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I have a manuscript that has been conference-rejected 3 times up to this point.

Just to clear things up, I am by no means a senior researcher but I am not a junior who cannot judge the strength of my own work either (I have published in some top conferences such as STOC, PODC, etc.). For this manuscript, I haven't submitted it to any venue that is clearly inappropriate with respect to its strength.

In particular, what usually happened was that I get a mix of accept/weak-accept/weak-reject. Even in the reviews that recommended a rejection, they said the paper was decent (my point is that I did not submit a junk paper!). In general, even though I disagree with some of the reviews, I respect the PC's decision.

Now, I don't want to keep submitting it to conferences because while the paper is publishable, it usually does not fall into the top percentage of conferences' acceptance allocation. It will keep wasting people's time (i.e., reviewing). Improving the paper is also unclear because I have matching upper and lower bounds.

I have someone suggest submission to Information Processing Letters since they sort of accept short and simple contributions. I wonder if there is any alternative since I don't really like the idea of publishing with Elsevier.

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    $\begingroup$ Perhaps you should provide us with more information on the area of your paper. Formal languages? Crypto? Complexity theory? Algorithms? Logics? Combinatorics? Verification? Something else? $\endgroup$
    – Gamow
    Aug 31 '20 at 7:32
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    $\begingroup$ The paper should lie solely in the algorithm category (perhaps, you can pin it as sublinear algorithms). $\endgroup$ Aug 31 '20 at 8:06
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    $\begingroup$ There are various conferences, e.g., SOSA, which explicitly emphasize simplicity, for instance, over length or technical mastery. You also have several open-access journals (but note that journals are of course peer-reviewed, so this will require "people's time (i.e., reviewing)"!) $\endgroup$
    – Clement C.
    Aug 31 '20 at 12:40
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    $\begingroup$ Open access journal Theory of Computing theoryofcomputing.org has short communications and notes that may be appropriate. Also, journals tend to take less "competitive" view of research. Depending on the result, journals such as Algorithmica, SIAM Journal on Discrete Mathematics may be appropriate. $\endgroup$ Aug 31 '20 at 12:53
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    $\begingroup$ @ClementC: I think the main merit of getting accepted is that it is peer-reviewed. My main problem here is that submitting to conferences in this case usually results in sentiment along the line "yes, it's decent work but we might not have enough room in this conference for your paper (because say there are better ones)". $\endgroup$ Aug 31 '20 at 18:59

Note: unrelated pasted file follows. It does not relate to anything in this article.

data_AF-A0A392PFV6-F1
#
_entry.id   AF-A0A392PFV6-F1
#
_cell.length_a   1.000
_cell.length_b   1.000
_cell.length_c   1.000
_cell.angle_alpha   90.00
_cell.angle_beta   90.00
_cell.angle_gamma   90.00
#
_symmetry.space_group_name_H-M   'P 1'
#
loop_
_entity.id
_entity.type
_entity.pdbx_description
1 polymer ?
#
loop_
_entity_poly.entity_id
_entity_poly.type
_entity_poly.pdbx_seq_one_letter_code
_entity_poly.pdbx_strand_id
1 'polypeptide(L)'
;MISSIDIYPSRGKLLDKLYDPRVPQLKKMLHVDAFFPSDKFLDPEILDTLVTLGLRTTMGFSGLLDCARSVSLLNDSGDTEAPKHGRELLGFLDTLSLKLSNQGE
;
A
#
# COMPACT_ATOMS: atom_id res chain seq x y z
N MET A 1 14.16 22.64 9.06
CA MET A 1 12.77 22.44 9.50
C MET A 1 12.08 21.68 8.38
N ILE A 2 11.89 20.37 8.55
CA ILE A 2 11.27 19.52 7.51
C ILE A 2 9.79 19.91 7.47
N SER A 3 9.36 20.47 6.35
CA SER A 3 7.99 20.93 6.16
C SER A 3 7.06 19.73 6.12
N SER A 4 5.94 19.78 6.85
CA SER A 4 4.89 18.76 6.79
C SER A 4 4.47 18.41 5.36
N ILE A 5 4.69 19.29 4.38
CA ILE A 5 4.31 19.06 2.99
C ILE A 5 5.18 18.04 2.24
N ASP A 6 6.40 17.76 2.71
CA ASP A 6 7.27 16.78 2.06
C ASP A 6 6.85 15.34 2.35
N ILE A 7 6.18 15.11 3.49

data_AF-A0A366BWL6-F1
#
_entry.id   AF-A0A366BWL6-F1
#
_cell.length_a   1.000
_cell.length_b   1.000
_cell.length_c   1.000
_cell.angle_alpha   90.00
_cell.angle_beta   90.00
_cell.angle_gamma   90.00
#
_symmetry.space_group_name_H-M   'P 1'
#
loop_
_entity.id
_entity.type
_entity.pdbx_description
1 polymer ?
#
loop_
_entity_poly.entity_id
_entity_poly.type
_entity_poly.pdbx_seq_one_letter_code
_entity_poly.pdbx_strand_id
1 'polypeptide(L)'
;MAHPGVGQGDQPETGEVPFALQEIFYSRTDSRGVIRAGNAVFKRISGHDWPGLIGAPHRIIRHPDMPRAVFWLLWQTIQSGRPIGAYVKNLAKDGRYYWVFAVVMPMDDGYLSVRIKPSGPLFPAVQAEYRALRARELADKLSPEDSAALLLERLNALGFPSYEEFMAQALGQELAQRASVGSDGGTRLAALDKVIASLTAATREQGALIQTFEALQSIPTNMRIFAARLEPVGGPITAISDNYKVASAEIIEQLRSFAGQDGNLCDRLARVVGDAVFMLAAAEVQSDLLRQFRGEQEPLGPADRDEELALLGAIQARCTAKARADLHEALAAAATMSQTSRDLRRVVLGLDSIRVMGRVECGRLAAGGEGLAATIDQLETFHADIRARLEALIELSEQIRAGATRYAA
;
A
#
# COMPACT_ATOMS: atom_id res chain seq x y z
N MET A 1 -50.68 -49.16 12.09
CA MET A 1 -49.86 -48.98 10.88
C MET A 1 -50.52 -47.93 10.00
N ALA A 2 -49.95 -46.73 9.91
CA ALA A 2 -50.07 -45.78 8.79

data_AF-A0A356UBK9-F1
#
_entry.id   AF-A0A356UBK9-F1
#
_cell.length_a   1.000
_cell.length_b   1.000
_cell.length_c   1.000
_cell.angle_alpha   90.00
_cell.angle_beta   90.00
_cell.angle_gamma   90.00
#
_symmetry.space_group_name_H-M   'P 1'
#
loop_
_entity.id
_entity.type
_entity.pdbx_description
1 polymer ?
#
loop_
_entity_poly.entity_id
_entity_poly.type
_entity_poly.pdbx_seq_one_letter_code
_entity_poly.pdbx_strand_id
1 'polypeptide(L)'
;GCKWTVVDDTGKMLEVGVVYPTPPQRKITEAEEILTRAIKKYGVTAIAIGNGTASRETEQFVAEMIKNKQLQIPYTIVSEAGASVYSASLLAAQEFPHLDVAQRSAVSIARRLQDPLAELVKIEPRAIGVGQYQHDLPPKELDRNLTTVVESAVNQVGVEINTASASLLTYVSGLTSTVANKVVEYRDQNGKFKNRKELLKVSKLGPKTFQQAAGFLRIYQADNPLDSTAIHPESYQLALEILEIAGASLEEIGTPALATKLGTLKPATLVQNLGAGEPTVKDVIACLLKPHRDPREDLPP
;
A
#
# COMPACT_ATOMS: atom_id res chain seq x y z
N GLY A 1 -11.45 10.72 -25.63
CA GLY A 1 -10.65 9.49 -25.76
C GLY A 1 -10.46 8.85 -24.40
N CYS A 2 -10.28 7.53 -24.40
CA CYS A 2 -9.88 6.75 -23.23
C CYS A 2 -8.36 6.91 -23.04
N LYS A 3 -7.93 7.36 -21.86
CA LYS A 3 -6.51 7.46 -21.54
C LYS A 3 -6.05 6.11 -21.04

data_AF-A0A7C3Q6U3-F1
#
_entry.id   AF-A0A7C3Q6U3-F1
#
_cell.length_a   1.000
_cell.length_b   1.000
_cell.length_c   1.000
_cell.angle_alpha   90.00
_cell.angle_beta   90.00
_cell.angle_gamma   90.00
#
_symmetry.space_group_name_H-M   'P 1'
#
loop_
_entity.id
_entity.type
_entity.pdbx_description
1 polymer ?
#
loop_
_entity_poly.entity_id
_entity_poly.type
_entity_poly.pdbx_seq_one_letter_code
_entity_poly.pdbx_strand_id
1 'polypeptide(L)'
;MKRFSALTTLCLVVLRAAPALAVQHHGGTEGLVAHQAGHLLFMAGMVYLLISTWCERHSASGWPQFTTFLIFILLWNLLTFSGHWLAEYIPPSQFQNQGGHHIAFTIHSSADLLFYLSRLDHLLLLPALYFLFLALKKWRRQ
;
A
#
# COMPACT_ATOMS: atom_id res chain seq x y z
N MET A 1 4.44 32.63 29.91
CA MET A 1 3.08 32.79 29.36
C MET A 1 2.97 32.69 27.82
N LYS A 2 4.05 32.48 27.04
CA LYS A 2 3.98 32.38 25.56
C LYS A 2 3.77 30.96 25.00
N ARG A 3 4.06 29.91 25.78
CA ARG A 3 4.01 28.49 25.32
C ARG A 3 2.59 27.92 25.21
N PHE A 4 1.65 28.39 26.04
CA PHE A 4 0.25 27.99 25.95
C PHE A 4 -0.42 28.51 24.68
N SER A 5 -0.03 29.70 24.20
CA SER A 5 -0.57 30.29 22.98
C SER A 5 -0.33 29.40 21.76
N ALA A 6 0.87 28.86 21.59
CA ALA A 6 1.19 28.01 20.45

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There are two natural strategies:

  • Put it on the arxiv, forget about publishing it somewhere else. I have several such writeups - people see them and cite them.

  • Go to lower venue conferences. Don't give up. I had a paper rejected 5 times before it got accepted, and it was a strong result that later appeared in a good journal. Rejection is just acceptance to the complement, etc.

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  • $\begingroup$ I agree with the second point. However, for the first point, I want to say that arxiv versions do not get many citations unless they get published at some conference. I always hesitate to trust the arxiv versions since they got rejected in some conference or not peer-reviewed yet. They could also have some major flaws which the authors do not mention explicitly :( $\endgroup$ Sep 2 '20 at 11:50
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    $\begingroup$ While I agree with the basic premise, there are counter-examples. For example Grigori Perelman papers resolving the Poincaré conjecture appeared only on the arxiv. $\endgroup$ Sep 3 '20 at 1:55
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    $\begingroup$ Assuming that conference papers are peer-reviewed for correctness is inaccurate. People look at them to spot obvious errors or suspicious claims but typical conference reviewers do not have adequate time to properly check details. $\endgroup$ Sep 3 '20 at 16:21
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You could try a good journal first, see what reviews you get, and then decide. Journals sometimes make decisions that program committees are unwilling to make (and vice versa). Some journals even have categories devoted to shorter works, like the "Notes" category of Theory of Computing.

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